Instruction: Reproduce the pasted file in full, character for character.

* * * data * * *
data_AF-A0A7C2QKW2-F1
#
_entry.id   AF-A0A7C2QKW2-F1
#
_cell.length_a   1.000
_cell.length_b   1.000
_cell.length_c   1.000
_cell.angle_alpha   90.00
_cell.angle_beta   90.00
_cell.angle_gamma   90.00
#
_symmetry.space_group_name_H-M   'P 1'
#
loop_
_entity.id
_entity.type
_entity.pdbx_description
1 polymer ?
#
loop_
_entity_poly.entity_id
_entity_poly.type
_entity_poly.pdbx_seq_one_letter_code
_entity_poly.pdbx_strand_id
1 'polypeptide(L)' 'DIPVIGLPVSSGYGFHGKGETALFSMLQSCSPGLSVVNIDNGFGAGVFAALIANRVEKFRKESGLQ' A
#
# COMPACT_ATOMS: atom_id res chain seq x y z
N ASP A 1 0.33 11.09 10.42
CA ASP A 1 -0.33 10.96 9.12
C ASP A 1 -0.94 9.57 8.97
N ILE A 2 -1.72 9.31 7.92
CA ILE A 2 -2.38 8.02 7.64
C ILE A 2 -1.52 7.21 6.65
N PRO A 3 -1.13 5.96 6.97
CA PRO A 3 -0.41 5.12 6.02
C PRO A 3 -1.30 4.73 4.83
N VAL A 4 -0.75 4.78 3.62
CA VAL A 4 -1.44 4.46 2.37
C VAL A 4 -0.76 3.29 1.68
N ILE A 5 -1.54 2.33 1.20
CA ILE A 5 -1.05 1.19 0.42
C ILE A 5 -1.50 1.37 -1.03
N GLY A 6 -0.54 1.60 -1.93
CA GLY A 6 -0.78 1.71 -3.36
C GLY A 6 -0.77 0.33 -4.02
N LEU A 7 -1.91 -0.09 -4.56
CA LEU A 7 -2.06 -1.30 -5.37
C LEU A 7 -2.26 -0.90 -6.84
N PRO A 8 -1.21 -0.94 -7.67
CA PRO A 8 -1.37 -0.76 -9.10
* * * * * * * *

data_AF-A0A7C2QKW2-F1
#
_entry.id   AF-A0A7C2QKW2-F1
#
_cell.length_a   1.000
_cell.length_b   1.000
_cell.length_c   1.000
_cell.angle_alpha   90.00
_cell.angle_beta   90.00
_cell.angle_gamma   90.00
#
_symmetry.space_group_name_H-M   'P 1'
#
loop_
_entity.id
_entity.type
_entity.pdbx_description
1 polymer ?
#
loop_
_entity_poly.entity_id
_entity_poly.type
_entity_poly.pdbx_seq_one_letter_code
_entity_poly.pdbx_strand_id
1 'polypeptide(L)' 'DIPVIGLPVSSGYGFHGKGETALFSMLQSCSPGLSVVNIDNGFGAGVFAALIANRVEKFRKESGLQ' A
#
# COMPACT_ATOMS: atom_id res chain seq x y z
N ASP A 1 0.33 11.09 10.42
CA ASP A 1 -0.33 10.96 9.12
C ASP A 1 -0.94 9.57 8.97
N ILE A 2 -1.72 9.31 7.92
CA ILE A 2 -2.38 8.02 7.64
C ILE A 2 -1.52 7.21 6.65
N PRO A 3 -1.13 5.96 6.97
CA PRO A 3 -0.41 5.12 6.02
C PRO A 3 -1.30 4.73 4.83
N VAL A 4 -0.75 4.78 3.62
CA VAL A 4 -1.44 4.46 2.37
C VAL A 4 -0.76 3.29 1.68
N ILE A 5 -1.54 2.33 1.20
CA ILE A 5 -1.05 1.19 0.42
C ILE A 5 -1.50 1.37 -1.03
N GLY A 6 -0.54 1.60 -1.93
CA GLY A 6 -0.78 1.71 -3.36
C GLY A 6 -0.77 0.33 -4.02
N LEU A 7 -1.91 -0.09 -4.56
CA LEU A 7 -2.06 -1.30 -5.37
C LEU A 7 -2.26 -0.90 -6.84
N PRO A 8 -1.21 -0.94 -7.67
CA PRO A 8 -1.37 -0.76 -9.10